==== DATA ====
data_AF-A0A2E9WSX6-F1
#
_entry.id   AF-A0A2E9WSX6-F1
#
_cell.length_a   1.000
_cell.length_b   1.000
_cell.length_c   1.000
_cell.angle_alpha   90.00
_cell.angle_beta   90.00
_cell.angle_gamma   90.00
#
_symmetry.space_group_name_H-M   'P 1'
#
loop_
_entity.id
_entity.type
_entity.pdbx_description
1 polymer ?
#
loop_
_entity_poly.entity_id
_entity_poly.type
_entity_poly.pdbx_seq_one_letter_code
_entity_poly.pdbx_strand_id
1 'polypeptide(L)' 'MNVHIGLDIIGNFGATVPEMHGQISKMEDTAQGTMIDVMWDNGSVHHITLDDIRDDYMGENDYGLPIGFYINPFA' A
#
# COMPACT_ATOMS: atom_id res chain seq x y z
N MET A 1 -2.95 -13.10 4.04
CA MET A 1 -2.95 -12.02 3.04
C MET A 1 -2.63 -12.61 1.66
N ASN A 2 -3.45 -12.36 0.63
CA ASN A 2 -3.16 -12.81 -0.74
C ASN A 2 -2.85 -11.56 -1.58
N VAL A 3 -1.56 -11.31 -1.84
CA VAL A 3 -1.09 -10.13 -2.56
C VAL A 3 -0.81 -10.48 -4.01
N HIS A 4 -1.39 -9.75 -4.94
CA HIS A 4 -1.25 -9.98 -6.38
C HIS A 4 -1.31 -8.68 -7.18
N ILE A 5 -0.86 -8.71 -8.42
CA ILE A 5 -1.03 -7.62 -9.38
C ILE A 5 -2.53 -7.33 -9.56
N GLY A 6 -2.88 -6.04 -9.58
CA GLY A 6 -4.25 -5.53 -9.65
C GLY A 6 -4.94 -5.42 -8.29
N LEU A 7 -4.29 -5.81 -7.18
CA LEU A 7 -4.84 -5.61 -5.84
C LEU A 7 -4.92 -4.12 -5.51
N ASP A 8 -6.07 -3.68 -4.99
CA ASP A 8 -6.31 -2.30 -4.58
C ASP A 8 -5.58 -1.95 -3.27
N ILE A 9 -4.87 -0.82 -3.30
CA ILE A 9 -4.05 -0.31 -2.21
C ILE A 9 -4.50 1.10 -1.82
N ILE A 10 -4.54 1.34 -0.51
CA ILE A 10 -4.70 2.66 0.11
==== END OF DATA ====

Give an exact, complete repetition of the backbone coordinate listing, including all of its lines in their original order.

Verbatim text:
data_AF-A0A2E9WSX6-F1
#
_entry.id   AF-A0A2E9WSX6-F1
#
_cell.length_a   1.000
_cell.length_b   1.000
_cell.length_c   1.000
_cell.angle_alpha   90.00
_cell.angle_beta   90.00
_cell.angle_gamma   90.00
#
_symmetry.space_group_name_H-M   'P 1'
#
loop_
_entity.id
_entity.type
_entity.pdbx_description
1 polymer ?
#
loop_
_entity_poly.entity_id
_entity_poly.type
_entity_poly.pdbx_seq_one_letter_code
_entity_poly.pdbx_strand_id
1 'polypeptide(L)' 'MNVHIGLDIIGNFGATVPEMHGQISKMEDTAQGTMIDVMWDNGSVHHITLDDIRDDYMGENDYGLPIGFYINPFA' A
#
# COMPACT_ATOMS: atom_id res chain seq x y z
N MET A 1 -2.95 -13.10 4.04
CA MET A 1 -2.95 -12.02 3.04
C MET A 1 -2.63 -12.61 1.66
N ASN A 2 -3.45 -12.36 0.63
CA ASN A 2 -3.16 -12.81 -0.74
C ASN A 2 -2.85 -11.56 -1.58
N VAL A 3 -1.56 -11.31 -1.84
CA VAL A 3 -1.09 -10.13 -2.56
C VAL A 3 -0.81 -10.48 -4.01
N HIS A 4 -1.39 -9.75 -4.94
CA HIS A 4 -1.25 -9.98 -6.38
C HIS A 4 -1.31 -8.68 -7.18
N ILE A 5 -0.86 -8.71 -8.42
CA ILE A 5 -1.03 -7.62 -9.38
C ILE A 5 -2.53 -7.33 -9.56
N GLY A 6 -2.88 -6.04 -9.58
CA GLY A 6 -4.25 -5.53 -9.65
C GLY A 6 -4.94 -5.42 -8.29
N LEU A 7 -4.29 -5.81 -7.18
CA LEU A 7 -4.84 -5.61 -5.84
C LEU A 7 -4.92 -4.12 -5.51
N ASP A 8 -6.07 -3.68 -4.99
CA ASP A 8 -6.31 -2.30 -4.58
C ASP A 8 -5.58 -1.95 -3.27
N ILE A 9 -4.87 -0.82 -3.30
CA ILE A 9 -4.05 -0.31 -2.21
C ILE A 9 -4.50 1.10 -1.82
N ILE A 10 -4.54 1.34 -0.51
CA ILE A 10 -4.70 2.66 0.11